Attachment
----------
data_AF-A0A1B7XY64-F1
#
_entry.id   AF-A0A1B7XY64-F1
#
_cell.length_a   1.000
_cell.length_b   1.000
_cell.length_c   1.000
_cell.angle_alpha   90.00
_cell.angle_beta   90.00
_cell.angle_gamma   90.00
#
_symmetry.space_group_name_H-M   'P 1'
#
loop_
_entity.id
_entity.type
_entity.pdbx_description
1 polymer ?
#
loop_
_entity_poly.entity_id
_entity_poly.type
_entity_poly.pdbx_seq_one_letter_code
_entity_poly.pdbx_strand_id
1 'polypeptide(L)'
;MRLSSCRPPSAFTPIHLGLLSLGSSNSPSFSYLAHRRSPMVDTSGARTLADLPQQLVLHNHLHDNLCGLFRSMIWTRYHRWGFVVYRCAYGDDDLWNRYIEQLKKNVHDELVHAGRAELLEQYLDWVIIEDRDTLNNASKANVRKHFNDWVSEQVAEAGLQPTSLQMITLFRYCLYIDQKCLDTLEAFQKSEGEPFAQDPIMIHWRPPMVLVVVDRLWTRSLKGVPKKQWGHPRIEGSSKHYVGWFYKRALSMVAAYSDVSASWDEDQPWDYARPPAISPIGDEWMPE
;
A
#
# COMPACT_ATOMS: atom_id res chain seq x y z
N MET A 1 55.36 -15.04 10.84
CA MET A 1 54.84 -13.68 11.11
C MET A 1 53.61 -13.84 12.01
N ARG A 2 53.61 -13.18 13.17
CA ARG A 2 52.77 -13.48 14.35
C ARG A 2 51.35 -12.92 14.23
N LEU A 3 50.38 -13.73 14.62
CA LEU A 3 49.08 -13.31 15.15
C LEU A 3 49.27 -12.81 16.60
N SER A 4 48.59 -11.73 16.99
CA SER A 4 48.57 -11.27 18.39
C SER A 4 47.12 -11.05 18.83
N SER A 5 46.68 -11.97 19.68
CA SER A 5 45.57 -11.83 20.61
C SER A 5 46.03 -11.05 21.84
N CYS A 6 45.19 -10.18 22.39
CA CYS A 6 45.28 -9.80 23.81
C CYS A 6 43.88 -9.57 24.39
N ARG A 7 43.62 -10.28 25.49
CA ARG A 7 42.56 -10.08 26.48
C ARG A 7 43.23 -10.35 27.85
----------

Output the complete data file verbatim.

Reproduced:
data_AF-A0A1B7XY64-F1
#
_entry.id   AF-A0A1B7XY64-F1
#
_cell.length_a   1.000
_cell.length_b   1.000
_cell.length_c   1.000
_cell.angle_alpha   90.00
_cell.angle_beta   90.00
_cell.angle_gamma   90.00
#
_symmetry.space_group_name_H-M   'P 1'
#
loop_
_entity.id
_entity.type
_entity.pdbx_description
1 polymer ?
#
loop_
_entity_poly.entity_id
_entity_poly.type
_entity_poly.pdbx_seq_one_letter_code
_entity_poly.pdbx_strand_id
1 'polypeptide(L)'
;MRLSSCRPPSAFTPIHLGLLSLGSSNSPSFSYLAHRRSPMVDTSGARTLADLPQQLVLHNHLHDNLCGLFRSMIWTRYHRWGFVVYRCAYGDDDLWNRYIEQLKKNVHDELVHAGRAELLEQYLDWVIIEDRDTLNNASKANVRKHFNDWVSEQVAEAGLQPTSLQMITLFRYCLYIDQKCLDTLEAFQKSEGEPFAQDPIMIHWRPPMVLVVVDRLWTRSLKGVPKKQWGHPRIEGSSKHYVGWFYKRALSMVAAYSDVSASWDEDQPWDYARPPAISPIGDEWMPE
;
A
#
# COMPACT_ATOMS: atom_id res chain seq x y z
N MET A 1 55.36 -15.04 10.84
CA MET A 1 54.84 -13.68 11.11
C MET A 1 53.61 -13.84 12.01
N ARG A 2 53.61 -13.18 13.17
CA ARG A 2 52.77 -13.48 14.35
C ARG A 2 51.35 -12.92 14.23
N LEU A 3 50.38 -13.73 14.62
CA LEU A 3 49.08 -13.31 15.15
C LEU A 3 49.27 -12.81 16.60
N SER A 4 48.59 -11.73 16.99
CA SER A 4 48.57 -11.27 18.39
C SER A 4 47.12 -11.05 18.83
N SER A 5 46.68 -11.97 19.68
CA SER A 5 45.57 -11.83 20.61
C SER A 5 46.03 -11.05 21.84
N CYS A 6 45.19 -10.18 22.39
CA CYS A 6 45.28 -9.80 23.81
C CYS A 6 43.88 -9.57 24.39
N ARG A 7 43.62 -10.28 25.49
CA ARG A 7 42.56 -10.08 26.48
C ARG A 7 43.23 -10.35 27.85